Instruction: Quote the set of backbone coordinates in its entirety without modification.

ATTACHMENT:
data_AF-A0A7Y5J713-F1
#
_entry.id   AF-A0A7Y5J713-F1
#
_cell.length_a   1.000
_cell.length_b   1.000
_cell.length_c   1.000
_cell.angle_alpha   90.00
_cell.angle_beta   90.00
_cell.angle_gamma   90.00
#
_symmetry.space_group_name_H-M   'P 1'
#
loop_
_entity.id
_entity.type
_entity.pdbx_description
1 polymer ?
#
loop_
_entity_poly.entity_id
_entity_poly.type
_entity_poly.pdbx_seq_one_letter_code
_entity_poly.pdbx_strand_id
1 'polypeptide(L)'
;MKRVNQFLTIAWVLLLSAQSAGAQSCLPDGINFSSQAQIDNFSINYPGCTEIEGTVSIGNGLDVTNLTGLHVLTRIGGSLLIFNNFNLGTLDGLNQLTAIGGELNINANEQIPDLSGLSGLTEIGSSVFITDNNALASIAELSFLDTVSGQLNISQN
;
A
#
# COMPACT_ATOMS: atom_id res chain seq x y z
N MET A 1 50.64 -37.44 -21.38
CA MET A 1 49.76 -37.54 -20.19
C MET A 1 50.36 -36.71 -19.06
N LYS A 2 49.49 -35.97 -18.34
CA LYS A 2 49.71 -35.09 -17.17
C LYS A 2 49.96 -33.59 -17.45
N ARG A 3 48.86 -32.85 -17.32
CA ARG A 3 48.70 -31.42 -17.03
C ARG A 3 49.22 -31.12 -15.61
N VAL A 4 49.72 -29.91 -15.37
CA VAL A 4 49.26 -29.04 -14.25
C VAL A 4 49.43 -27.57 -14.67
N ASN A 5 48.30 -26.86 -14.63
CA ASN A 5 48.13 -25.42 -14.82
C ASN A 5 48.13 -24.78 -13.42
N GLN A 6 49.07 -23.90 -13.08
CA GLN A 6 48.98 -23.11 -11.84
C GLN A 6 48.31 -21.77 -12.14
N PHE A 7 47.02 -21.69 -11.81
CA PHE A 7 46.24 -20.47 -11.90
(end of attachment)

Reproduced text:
data_AF-A0A7Y5J713-F1
#
_entry.id   AF-A0A7Y5J713-F1
#
_cell.length_a   1.000
_cell.length_b   1.000
_cell.length_c   1.000
_cell.angle_alpha   90.00
_cell.angle_beta   90.00
_cell.angle_gamma   90.00
#
_symmetry.space_group_name_H-M   'P 1'
#
loop_
_entity.id
_entity.type
_entity.pdbx_description
1 polymer ?
#
loop_
_entity_poly.entity_id
_entity_poly.type
_entity_poly.pdbx_seq_one_letter_code
_entity_poly.pdbx_strand_id
1 'polypeptide(L)'
;MKRVNQFLTIAWVLLLSAQSAGAQSCLPDGINFSSQAQIDNFSINYPGCTEIEGTVSIGNGLDVTNLTGLHVLTRIGGSLLIFNNFNLGTLDGLNQLTAIGGELNINANEQIPDLSGLSGLTEIGSSVFITDNNALASIAELSFLDTVSGQLNISQN
;
A
#
# COMPACT_ATOMS: atom_id res chain seq x y z
N MET A 1 50.64 -37.44 -21.38
CA MET A 1 49.76 -37.54 -20.19
C MET A 1 50.36 -36.71 -19.06
N LYS A 2 49.49 -35.97 -18.34
CA LYS A 2 49.71 -35.09 -17.17
C LYS A 2 49.96 -33.59 -17.45
N ARG A 3 48.86 -32.85 -17.32
CA ARG A 3 48.70 -31.42 -17.03
C ARG A 3 49.22 -31.12 -15.61
N VAL A 4 49.72 -29.91 -15.37
CA VAL A 4 49.26 -29.04 -14.25
C VAL A 4 49.43 -27.57 -14.67
N ASN A 5 48.30 -26.86 -14.63
CA ASN A 5 48.13 -25.42 -14.82
C ASN A 5 48.13 -24.78 -13.42
N GLN A 6 49.07 -23.90 -13.08
CA GLN A 6 48.98 -23.11 -11.84
C GLN A 6 48.31 -21.77 -12.14
N PHE A 7 47.02 -21.69 -11.81
CA PHE A 7 46.24 -20.47 -11.90